The statistics are staggering.
According to the Centers for Disease Control, an estimated 1,640 children in the United States died from maltreatment in 2012. Of those, 70 percent were children younger than 3.
Most of the assailants, at 40 percent, were 25 to 34 years old. Women made up 54 percent of the perpetrators.
The CDC figures show that 4.7 percent of victims were black compared to 1.7 percent for Hispanics and 1.6 for non-Hispanic whites. Most kids, 70 percent, died from neglect, followed by 44 percent from physical abuse either exclusively or in combination with another form of maltreatment.
These are 1,640 kids who won’t graduate from high school, attend college, date, fall in love, get married and become parents. And that’s just from 2012 — and the ones we know about.
As a crime reporter for going on 30 years, I have covered too many trials involving the murder of a child. As the mother of four kids, I always marvel at how someone can lash out in anger at a frail, helpless, defenseless child.
I’ve seen autopsy photos and I’ve heard medical examiners describe internal injuries. I’ve also heard police statements from defendants swearing they had nothing to do with the child’s death — despite the fact that no one else had contact with the victim for hours leading up to his or her death.
Who else could it have been?
I would assume that no one wants to admit to having taken the life of a young child or baby. After all, what does that say about the suspect? He or she is a coward? He or she picks on the most vulnerable in our society? He or she snuffed out the life of a person before it even began? He or she killed their own flesh and blood?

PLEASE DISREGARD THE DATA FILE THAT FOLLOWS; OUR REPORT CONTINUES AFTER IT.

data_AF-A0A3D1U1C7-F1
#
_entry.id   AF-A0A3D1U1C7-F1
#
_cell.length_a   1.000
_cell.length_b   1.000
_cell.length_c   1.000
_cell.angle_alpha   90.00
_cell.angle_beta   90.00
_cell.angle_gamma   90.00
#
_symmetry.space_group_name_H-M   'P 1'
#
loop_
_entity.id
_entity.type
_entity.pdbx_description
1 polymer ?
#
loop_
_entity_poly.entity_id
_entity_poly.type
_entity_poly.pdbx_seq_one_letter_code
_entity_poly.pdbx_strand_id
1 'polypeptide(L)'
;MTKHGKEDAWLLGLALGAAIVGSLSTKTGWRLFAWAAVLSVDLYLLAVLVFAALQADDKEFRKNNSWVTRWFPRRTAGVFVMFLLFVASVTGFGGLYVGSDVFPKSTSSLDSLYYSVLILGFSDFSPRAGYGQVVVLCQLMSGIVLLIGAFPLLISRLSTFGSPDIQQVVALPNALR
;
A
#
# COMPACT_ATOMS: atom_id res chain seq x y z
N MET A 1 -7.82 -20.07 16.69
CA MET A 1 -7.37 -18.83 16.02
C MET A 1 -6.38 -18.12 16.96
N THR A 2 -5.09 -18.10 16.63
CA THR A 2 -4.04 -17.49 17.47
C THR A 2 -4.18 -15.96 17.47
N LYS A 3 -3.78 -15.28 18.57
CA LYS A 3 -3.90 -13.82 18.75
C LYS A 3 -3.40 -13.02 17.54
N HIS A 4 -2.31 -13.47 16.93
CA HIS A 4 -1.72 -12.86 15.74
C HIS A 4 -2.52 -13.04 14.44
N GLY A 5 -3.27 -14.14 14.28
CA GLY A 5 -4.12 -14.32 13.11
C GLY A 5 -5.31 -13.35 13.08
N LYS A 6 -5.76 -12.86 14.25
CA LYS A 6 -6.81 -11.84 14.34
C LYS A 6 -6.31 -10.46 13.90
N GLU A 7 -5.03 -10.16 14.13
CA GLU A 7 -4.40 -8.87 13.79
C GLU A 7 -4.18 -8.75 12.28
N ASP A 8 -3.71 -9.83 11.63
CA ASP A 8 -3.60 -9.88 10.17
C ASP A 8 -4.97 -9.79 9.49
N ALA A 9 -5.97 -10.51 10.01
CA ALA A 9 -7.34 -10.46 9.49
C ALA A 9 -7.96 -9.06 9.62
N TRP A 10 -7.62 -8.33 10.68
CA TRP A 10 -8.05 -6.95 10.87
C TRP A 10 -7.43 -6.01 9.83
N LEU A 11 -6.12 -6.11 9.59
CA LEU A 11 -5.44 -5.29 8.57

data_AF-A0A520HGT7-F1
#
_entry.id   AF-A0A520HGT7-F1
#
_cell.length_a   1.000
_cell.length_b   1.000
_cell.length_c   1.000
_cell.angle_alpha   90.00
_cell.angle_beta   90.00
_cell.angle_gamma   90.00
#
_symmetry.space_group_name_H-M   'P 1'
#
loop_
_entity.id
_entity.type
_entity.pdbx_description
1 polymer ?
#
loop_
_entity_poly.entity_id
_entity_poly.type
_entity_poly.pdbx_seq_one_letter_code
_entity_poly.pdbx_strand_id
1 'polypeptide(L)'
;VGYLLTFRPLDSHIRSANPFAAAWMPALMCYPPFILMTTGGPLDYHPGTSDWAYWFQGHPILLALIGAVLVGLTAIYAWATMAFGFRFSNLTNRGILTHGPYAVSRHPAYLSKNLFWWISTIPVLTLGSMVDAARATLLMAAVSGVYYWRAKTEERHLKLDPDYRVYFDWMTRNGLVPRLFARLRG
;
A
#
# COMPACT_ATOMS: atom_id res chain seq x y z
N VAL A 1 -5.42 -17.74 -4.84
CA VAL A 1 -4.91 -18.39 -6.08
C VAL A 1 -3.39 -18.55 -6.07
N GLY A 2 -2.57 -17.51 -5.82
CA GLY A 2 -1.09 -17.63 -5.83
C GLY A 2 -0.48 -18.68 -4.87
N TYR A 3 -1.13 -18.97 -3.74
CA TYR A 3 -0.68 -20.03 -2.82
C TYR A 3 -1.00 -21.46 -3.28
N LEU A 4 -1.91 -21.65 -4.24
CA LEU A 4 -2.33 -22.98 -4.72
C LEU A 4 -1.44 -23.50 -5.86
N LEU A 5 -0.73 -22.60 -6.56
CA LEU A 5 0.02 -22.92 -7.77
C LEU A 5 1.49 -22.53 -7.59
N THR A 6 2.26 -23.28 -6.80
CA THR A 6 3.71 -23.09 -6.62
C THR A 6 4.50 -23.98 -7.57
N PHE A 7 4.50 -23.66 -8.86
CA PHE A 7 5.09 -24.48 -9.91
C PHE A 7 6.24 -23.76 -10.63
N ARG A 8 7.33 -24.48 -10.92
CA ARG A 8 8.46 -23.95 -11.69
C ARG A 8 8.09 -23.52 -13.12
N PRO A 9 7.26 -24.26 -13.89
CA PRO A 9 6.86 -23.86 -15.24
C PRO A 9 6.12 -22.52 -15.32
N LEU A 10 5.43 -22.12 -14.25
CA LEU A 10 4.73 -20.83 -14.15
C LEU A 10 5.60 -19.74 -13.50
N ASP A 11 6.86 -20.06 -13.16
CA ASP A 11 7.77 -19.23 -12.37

As I sit in court, I wonder, what did the child do to attract so much violence? Most victims can’t even talk yet, let alone talk back. Some can’t even walk yet so they couldn’t have missed curfew. Kids that young just do whatever adults around them tell them to do.
I understand anger between adults. I’ve been angry. I don’t know anyone over 21 who hasn’t been at one time or another. I don’t get the anger of an adult toward a child. The adult has the power. Send the child to his room. Spank him. Spank, not beat, if you must. Turn over care to someone else for a few hours. Walk outside and cool off during his naptime.
I would even venture to say it is better to leave the child in the house alone than take your frustrations out on him. It’s not optimal but it’s the better alternative.
Get away. Get help. Call someone. Everyone and his brother has a cell phone and access to the Internet. Everyone, even people without incomes manage to have cell phones. If you are getting assistance, tell your caseworker you are experiencing frustrations dealing with a child. Tell a neighbor, a relative, a friend.
There’s no shame in getting or asking for help. There is a great deal of pain and grief in causing the death of a child because you just can’t handle your emotions.
The person with whom you leave your child for any length of time is the second-most important person in your life. Just because someone is the love of your life doesn’t make him or her quality baby-sitting material. That person is due as much scrutiny as you’d give anyone you’d leave alone with your child. Anyone. Trust your instincts and watch your child interact with that person. Trust your child to know with whom he or she feels safe.
Of course, if you don’t care about any of this, your child has no chance anyway.